After a lackluster run last year, Georgetown Women in International Affairs is reviving its mentorship program by expanding its offerings to juniors and seniors.
The program will partner undergraduates interested in international affairs with female graduate students in the School of Foreign Service for lectures, workshops and networking events.
“We think it has great potential,” Women Leading Through Mentorship Planning Committee member Lindsey Hutchison (GRD ’15) said.
GWIA Co-President Jessica Majno (GRD ’14) stressed the importance of strong mentor-mentee relationships in the field of international affairs, citing the decision of moving abroad for a job.
“I have found having people to talk to that have been through those similar situations has been incredibly valuable, to talk about all those things, talk about careers, talk about school, talk about life,” Majno said.
In a field largely dominated by men, women often find themselves in uncomfortable situations when working in foreign countries that are less friendly toward women.
“I think that it still is sometimes difficult for women to work in international affairs depending on what part of the world it is, and sometimes in the United States as well, and I would have really benefited a lot from any advice an older woman could have given me from her experiences,” Hutchison said.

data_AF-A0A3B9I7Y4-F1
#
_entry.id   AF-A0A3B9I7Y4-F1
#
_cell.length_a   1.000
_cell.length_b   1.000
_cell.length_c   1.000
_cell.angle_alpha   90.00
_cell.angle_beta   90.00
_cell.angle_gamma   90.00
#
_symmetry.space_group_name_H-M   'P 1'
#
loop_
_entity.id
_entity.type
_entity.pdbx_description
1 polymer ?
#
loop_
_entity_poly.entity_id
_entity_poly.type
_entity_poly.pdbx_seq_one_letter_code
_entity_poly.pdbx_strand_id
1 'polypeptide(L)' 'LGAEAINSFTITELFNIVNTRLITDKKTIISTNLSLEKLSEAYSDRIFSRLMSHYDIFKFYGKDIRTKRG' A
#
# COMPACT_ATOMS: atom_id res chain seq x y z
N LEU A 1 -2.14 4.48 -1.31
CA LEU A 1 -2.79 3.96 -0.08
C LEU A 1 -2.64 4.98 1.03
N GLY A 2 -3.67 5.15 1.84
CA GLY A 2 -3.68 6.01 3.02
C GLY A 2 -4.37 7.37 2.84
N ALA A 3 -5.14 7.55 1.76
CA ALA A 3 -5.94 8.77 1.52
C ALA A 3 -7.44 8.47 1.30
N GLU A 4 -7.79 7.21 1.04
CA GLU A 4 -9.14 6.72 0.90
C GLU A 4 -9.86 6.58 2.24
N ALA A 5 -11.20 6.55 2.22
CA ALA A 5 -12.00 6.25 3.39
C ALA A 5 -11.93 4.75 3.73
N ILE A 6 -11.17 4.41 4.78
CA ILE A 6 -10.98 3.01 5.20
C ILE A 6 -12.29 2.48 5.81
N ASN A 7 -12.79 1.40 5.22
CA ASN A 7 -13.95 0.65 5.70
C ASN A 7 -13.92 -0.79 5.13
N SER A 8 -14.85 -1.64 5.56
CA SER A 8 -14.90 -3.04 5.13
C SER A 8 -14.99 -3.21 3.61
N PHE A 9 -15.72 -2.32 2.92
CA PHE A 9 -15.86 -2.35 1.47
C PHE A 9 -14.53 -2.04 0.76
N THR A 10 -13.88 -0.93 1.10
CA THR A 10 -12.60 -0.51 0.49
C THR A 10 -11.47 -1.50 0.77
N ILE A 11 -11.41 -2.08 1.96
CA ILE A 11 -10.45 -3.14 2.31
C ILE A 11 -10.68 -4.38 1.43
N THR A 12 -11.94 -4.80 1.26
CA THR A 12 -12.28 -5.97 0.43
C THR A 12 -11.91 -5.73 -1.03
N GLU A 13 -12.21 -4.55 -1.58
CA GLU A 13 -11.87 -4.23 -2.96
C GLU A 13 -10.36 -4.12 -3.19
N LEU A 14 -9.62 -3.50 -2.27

Hutchison added that she wished that she could have participated in a similar program as an undergraduate student.
“I think it’s always really important to be able to have a person in your life that can give you advice and who you can learn from, and also I think it would be a great experience for us as graduate women to be able to provide that for undergrads,” Hutchison said.
“I think as much as women have made great strides in their position in the professional field, and particularly in the field of international affairs, there’s still a ways to go,” Majno said. “We’re still not consistently among the top positions. The proportions are still in the favor of men.”
Women Leading Through Mentorship is currently limited to female participants, and interested students must fill out a survey, due Oct. 19, that will match them to a graduate student with similar interests. The survey covers academic interests, future career aspirations and regional interests, as well as languages.
“You want to get two people who can relate but can also challenge each other,” planning committee member Sarah Ewing (GRD ’15) said.
Each student pair will most likely meet a few times for coffee or similar activities, but the exact time commitment is entirely up to the students.
“It’s really what you make of it, how much you can put into it, and I think that even a little bit of time would be really beneficial,” Hutchison said.
Majno said that she hoped to see more female graduate students get involved, take up mentoring roles and engage the community in service.
“It’s an opportunity for me to give back to the Georgetown community,” Majno said.